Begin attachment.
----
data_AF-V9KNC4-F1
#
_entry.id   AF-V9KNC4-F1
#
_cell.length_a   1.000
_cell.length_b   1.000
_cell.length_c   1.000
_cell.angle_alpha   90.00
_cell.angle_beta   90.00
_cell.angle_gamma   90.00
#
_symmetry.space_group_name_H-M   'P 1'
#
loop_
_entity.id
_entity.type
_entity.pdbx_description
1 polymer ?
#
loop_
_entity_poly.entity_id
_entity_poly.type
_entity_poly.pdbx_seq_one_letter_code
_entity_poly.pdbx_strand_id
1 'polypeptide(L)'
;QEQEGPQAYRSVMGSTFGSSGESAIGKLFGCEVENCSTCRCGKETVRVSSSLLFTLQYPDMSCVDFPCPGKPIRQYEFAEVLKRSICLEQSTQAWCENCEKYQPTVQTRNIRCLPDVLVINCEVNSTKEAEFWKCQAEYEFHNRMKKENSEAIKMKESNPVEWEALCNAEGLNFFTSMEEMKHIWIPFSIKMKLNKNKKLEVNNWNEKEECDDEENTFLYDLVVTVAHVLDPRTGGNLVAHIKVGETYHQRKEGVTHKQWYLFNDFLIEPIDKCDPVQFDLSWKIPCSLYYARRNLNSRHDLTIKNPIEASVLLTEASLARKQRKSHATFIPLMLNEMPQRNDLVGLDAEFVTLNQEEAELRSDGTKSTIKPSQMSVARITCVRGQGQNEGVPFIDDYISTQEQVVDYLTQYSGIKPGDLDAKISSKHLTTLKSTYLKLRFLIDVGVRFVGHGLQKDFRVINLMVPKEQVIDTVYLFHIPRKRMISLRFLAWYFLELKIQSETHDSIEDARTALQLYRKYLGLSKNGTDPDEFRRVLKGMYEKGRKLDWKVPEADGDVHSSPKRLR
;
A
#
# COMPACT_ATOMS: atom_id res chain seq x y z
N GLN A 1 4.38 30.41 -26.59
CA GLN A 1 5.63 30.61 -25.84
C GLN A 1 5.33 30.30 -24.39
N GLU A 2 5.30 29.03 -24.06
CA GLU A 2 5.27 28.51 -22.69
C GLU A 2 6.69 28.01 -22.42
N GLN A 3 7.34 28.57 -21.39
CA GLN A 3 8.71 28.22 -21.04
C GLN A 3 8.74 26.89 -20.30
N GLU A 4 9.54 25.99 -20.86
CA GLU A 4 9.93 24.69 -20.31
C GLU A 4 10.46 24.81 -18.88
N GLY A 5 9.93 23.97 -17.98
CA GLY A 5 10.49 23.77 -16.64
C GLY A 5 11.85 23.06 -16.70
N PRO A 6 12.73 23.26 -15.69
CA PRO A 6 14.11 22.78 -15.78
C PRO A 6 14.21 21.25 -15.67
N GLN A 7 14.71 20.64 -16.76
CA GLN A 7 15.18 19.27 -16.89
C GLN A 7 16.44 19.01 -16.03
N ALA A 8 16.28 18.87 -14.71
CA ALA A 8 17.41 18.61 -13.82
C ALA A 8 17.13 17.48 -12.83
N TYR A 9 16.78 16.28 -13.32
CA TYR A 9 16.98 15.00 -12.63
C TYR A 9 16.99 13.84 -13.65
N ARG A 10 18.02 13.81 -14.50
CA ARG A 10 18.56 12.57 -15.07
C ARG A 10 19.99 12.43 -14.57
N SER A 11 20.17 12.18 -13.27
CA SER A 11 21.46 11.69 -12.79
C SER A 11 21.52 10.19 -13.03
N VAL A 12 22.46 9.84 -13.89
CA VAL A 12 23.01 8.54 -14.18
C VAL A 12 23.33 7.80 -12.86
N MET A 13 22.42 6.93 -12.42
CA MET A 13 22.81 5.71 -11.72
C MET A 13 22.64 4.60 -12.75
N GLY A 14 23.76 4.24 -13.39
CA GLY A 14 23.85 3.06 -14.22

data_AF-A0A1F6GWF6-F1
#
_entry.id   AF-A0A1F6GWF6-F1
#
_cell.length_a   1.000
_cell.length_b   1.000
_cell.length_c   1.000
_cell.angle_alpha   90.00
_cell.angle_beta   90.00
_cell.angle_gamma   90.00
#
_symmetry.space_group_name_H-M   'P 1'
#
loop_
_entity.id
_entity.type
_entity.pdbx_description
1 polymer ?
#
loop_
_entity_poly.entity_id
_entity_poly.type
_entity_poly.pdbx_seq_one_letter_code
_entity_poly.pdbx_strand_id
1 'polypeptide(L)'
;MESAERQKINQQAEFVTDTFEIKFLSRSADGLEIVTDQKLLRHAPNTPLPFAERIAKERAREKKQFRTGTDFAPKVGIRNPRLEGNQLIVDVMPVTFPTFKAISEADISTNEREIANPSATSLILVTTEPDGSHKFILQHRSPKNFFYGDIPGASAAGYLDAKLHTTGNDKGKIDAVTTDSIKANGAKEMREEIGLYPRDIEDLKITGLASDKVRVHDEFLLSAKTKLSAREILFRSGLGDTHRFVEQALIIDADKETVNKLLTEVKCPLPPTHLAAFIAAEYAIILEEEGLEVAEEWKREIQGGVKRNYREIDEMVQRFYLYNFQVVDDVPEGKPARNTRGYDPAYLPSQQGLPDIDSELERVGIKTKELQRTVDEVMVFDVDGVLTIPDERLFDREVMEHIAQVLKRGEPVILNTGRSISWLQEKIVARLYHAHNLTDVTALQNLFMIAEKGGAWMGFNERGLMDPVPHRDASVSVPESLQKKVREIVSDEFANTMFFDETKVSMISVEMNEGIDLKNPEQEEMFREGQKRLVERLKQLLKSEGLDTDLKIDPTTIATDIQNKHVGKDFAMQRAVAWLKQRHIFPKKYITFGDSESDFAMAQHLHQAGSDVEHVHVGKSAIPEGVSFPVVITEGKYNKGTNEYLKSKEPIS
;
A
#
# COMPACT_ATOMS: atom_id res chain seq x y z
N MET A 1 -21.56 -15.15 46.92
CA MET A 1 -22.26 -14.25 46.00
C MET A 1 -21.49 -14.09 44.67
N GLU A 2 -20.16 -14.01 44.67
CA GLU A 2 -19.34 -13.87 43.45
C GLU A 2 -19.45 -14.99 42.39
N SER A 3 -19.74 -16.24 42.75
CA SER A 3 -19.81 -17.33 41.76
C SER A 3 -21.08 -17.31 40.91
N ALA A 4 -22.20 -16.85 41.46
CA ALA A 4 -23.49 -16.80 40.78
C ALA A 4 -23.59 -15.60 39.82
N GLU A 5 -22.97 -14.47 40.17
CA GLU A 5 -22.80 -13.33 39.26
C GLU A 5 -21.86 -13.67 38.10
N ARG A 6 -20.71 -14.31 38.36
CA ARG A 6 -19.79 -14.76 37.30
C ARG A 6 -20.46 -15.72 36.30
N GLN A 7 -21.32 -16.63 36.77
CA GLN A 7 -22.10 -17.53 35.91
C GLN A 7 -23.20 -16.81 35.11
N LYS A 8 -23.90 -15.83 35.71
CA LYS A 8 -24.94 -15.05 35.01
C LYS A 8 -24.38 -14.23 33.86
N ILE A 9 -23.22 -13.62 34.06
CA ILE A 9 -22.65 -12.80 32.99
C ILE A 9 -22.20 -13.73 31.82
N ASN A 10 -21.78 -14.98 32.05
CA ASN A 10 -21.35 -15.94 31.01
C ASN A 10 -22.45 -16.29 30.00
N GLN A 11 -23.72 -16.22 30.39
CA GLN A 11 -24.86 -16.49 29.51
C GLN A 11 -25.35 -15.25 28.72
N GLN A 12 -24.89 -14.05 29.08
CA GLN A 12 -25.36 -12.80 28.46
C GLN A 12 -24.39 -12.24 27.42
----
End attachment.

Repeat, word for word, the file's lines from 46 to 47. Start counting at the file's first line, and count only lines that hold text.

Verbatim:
N PRO A 6 12.73 23.26 -15.69
CA PRO A 6 14.11 22.78 -15.78